We highlight that on a lot of places on the site. You'll never see content on Yelp without a name and a photo next to it. When you go to the "about me" page on Yelp, we list all of the reviews right there.

We're also fortunate enough to be popular, so if you're writing great things on Yelp, you know that a lot of people are going to read them. You're going to have a voice. You're going to have a megaphone. Yelp is that megaphone.

[Image: Flickr user Tambako The Jaguar]

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  • lolson3691

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    Linda and Karen

  • Shane Fromaggio

    Yelp is useless. They hardsell small businesses to pay $300 a month to hide/remove bad "reviews" (ahem) that mysteriously show up on your establishment's page. Their system doesn't do anything to prohibit a rival's establishment from sabotaging another business by posting fake and critical information. It's a joke. When will people realize how USELESS this fraudulent company is to get real reviews? I hope someone sues their @$$ off, sooner than later. If you believe everything you read on Yelp, you are being duped, plain and simple.

  • John Beckwith

    Its not unusual to see a 1-star review from someone who didnt get a call back from the business. They neither met the owner or stepped foot into the store yet their review stands.

    They don't allow businesses to avoid being listed on their site. They hold them hostage after manipulating their reviews, punish them with a false warning label, and literally drive them into the ground.

    Their time is coming, I cannot wait to see the day they go belly-up.

  • Ronald Holden

    Yelp is a criminal enterprise that empowers know-nothings to lie about a restaurant experience, then extorts the merchant with offers to moderate the fabricated reviews.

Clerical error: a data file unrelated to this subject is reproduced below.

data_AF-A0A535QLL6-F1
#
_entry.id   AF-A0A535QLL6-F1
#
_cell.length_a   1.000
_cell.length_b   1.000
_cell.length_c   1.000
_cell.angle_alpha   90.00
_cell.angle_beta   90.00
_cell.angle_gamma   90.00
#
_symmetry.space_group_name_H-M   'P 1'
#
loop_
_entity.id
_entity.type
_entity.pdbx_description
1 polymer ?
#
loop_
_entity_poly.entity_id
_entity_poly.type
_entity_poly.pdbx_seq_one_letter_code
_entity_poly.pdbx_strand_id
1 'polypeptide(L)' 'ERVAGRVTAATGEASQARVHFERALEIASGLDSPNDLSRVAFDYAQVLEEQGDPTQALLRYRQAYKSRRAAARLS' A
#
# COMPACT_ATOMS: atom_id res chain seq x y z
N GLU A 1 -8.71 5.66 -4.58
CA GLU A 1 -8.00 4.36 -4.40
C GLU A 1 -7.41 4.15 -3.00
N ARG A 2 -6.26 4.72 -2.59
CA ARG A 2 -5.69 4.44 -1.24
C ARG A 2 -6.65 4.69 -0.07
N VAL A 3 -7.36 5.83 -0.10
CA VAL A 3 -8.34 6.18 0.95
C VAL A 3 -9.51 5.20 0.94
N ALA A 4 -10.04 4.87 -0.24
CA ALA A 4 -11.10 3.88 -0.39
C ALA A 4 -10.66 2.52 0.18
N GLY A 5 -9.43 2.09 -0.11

• Airlines...Spirit is the worst EVER!!! The WORSE. Customer Service. Lies double charges. Give you wrong information and e-mail addresses to trouble shoot. THE WORST. I am not the only one that thinks this... Jeannine Giesregen Los Angeles. My Mother had a stroke and I gave two days notice. They had already charged my card and would not give me any travel credit after I jumped through their hoops and hoops again and again. It was awful. Not only did my Mom have a terrible stroke and but their attitude and lack of compassion was epic.

  • I gotta hand it to Yelp. The service does offer some of the best and most detailed reviews around. It's good to get a behind-the-scenes look at how it makes that happen.

  • John Beckwith

    And yet we can all google Yelp Extortion and see 1000's of blogs from business owners complaining of the same thing. You can see this among the comments in this article.

    You must work for Yelp. I wonder if you are the Yelp salesman who used to call my office and leave a long-winded speech's on my voice mail about all the great things Yelp can do for me. And when yo didn't get a response you removed all my good reviews and left my one bad review. Was that you? We I just called my client and had her remove the bad review. Soon I expect you to start calling me again...right after I have a good review is posted. After all , that is your m.o., wait for the rating to climb then sell/extort advertising